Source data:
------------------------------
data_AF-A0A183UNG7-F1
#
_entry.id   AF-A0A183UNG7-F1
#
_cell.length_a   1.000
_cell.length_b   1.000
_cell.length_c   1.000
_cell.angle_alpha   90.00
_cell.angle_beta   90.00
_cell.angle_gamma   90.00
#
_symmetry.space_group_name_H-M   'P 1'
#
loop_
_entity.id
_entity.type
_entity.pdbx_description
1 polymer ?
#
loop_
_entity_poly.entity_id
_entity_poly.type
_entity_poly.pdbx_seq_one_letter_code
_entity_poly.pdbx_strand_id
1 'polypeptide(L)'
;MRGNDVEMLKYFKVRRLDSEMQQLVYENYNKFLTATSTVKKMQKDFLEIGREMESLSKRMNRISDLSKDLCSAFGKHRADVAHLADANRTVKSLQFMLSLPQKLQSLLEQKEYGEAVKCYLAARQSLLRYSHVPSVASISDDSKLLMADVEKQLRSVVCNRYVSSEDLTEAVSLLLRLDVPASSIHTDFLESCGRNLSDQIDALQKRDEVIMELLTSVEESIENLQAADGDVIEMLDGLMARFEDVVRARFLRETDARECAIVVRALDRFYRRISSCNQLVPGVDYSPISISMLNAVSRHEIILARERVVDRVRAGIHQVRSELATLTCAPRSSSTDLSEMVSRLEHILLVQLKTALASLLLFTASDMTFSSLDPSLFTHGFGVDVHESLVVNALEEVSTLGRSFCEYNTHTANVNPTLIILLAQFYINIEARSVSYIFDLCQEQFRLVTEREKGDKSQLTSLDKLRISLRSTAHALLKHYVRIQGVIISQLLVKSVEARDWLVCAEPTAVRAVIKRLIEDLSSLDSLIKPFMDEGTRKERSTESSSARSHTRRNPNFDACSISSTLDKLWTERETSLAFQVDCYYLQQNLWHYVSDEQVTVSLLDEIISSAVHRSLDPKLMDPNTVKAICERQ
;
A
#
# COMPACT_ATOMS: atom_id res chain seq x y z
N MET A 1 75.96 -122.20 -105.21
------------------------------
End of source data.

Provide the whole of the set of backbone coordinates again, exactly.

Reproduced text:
data_AF-A0A183UNG7-F1
#
_entry.id   AF-A0A183UNG7-F1
#
_cell.length_a   1.000
_cell.length_b   1.000
_cell.length_c   1.000
_cell.angle_alpha   90.00
_cell.angle_beta   90.00
_cell.angle_gamma   90.00
#
_symmetry.space_group_name_H-M   'P 1'
#
loop_
_entity.id
_entity.type
_entity.pdbx_description
1 polymer ?
#
loop_
_entity_poly.entity_id
_entity_poly.type
_entity_poly.pdbx_seq_one_letter_code
_entity_poly.pdbx_strand_id
1 'polypeptide(L)'
;MRGNDVEMLKYFKVRRLDSEMQQLVYENYNKFLTATSTVKKMQKDFLEIGREMESLSKRMNRISDLSKDLCSAFGKHRADVAHLADANRTVKSLQFMLSLPQKLQSLLEQKEYGEAVKCYLAARQSLLRYSHVPSVASISDDSKLLMADVEKQLRSVVCNRYVSSEDLTEAVSLLLRLDVPASSIHTDFLESCGRNLSDQIDALQKRDEVIMELLTSVEESIENLQAADGDVIEMLDGLMARFEDVVRARFLRETDARECAIVVRALDRFYRRISSCNQLVPGVDYSPISISMLNAVSRHEIILARERVVDRVRAGIHQVRSELATLTCAPRSSSTDLSEMVSRLEHILLVQLKTALASLLLFTASDMTFSSLDPSLFTHGFGVDVHESLVVNALEEVSTLGRSFCEYNTHTANVNPTLIILLAQFYINIEARSVSYIFDLCQEQFRLVTEREKGDKSQLTSLDKLRISLRSTAHALLKHYVRIQGVIISQLLVKSVEARDWLVCAEPTAVRAVIKRLIEDLSSLDSLIKPFMDEGTRKERSTESSSARSHTRRNPNFDACSISSTLDKLWTERETSLAFQVDCYYLQQNLWHYVSDEQVTVSLLDEIISSAVHRSLDPKLMDPNTVKAICERQ
;
A
#
# COMPACT_ATOMS: atom_id res chain seq x y z
N MET A 1 75.96 -122.20 -105.21